Last week, Democratic gubernatorial candidate Jason Carter shared via this column his vision for public education in Georgia.
Editor, Those of you familiar with the Long County School System are aware of the student growth and financial struggles faced by our system for many years. We are a low-wealth system, ranked 171st out of 180 school systems. Our students and teachers presently occupy many classrooms built in 1951 or earlier. The hardships we have faced have been many, but with the dedication of previous and present boards, superintendents, administrators, teachers and staff, we have survived.
Yes, I know that I am, occasionally, prone to embellishment. But trust me when I say this is the law and the gospel: I have a longtime friend who only calls me when someone dies. Most times, I know the person, but sometimes I don't have a clue the person ever existed.
Go get a flu shot. Also, make sure you're children get flu shots. It's a plain and simple set of instructions, but following them could save a life. Please, go do it.
Editor, Watch out, Bryan County, in case the Sunday-voting issue rears its head in your neck of the woods, just as it has in Liberty County. This is something I think everyone in our region needs to be aware of, because it involves something greater than just run-of-the-mill politics.
I have asked the two major gubernatorial candidates to talk to Georgia public-school teachers about their respective education platforms. This week, the floor belongs to Jason Carter, the Democratic challenger. Next week, it will be Republican Gov. Nathan Deal's turn.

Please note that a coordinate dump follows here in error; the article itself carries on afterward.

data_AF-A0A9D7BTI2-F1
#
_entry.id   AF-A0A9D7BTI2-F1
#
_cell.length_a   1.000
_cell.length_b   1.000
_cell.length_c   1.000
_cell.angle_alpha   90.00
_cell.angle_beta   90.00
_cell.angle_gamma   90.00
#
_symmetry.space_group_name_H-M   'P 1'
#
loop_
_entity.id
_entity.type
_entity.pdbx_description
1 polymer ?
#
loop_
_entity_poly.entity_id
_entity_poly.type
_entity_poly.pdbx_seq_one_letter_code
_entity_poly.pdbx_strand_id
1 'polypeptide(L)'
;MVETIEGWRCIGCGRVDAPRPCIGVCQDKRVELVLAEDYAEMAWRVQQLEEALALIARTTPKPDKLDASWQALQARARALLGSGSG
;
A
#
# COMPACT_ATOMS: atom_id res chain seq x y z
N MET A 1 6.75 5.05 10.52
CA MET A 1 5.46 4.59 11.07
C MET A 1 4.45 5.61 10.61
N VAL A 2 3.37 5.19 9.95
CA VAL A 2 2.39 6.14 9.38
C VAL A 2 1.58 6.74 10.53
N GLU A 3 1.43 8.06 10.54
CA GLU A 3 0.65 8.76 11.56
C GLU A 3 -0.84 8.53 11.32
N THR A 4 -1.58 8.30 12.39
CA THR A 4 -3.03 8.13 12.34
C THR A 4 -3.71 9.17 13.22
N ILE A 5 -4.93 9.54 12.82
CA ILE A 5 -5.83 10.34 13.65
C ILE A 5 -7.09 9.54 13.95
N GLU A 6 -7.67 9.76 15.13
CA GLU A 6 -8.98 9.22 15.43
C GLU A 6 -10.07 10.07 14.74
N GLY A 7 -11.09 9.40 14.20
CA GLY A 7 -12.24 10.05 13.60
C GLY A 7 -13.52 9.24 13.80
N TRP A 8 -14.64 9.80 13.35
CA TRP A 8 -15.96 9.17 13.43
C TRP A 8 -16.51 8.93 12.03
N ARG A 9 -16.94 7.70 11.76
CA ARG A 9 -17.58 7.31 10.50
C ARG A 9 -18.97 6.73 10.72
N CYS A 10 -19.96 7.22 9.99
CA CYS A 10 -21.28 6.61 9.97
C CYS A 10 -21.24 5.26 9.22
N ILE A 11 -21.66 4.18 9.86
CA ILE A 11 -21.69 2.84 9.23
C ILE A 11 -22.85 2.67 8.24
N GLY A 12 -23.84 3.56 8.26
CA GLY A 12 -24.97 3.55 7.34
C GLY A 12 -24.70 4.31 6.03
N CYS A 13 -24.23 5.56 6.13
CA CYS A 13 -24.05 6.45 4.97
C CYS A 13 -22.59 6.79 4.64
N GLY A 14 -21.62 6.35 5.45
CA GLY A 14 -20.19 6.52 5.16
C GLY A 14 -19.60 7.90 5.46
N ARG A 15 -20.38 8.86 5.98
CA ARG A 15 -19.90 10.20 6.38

The talking heads and politicians love to use the term, "boots on the ground." It sounds macho.
A friend of mine, long embroiled in upsets, distractions, problems and tribulations, called one day to announce happily that she was learning to let things roll right off her back.
Letting a child watch too much TV may be as bad for parents as it is for little ones. In fact, depending on which shows a child is allowed to watch, it may be worse for parents.
Last week, the Georgia Ports Authority approved allocating up to $3 million for maintenance of the shipping channel to the Port of Brunswick, marking the second-straight year the GPA has had to supplement federal funds for this project.
I talk to a wide variety of people throughout the week. The topics of our discussions vary greatly, but it is safe to say that many of my conversations deal with aging parents and aging issues in general.
Over the next three years, as many as 60,000 military members are expected to return to Georgia. Already, 770,000 veterans call Georgia home. In fact, the Peach State is home to the fourth-largest population of veterans nationwide. In addition to those returning to Georgia, more than 10,000 service members will be transitioning from the state's Army installations - 4,000 from Fort Stewart alone.
If I die anytime soon - and I have no plans to do so at the moment - please see that the first paragraph of my obituary reads, "He was past president of the University of Georgia National Alumni Association." You can save for later paragraphs the part about my being often mistaken for Brad Pitt and my uncanny ability to put commas where they don't belong.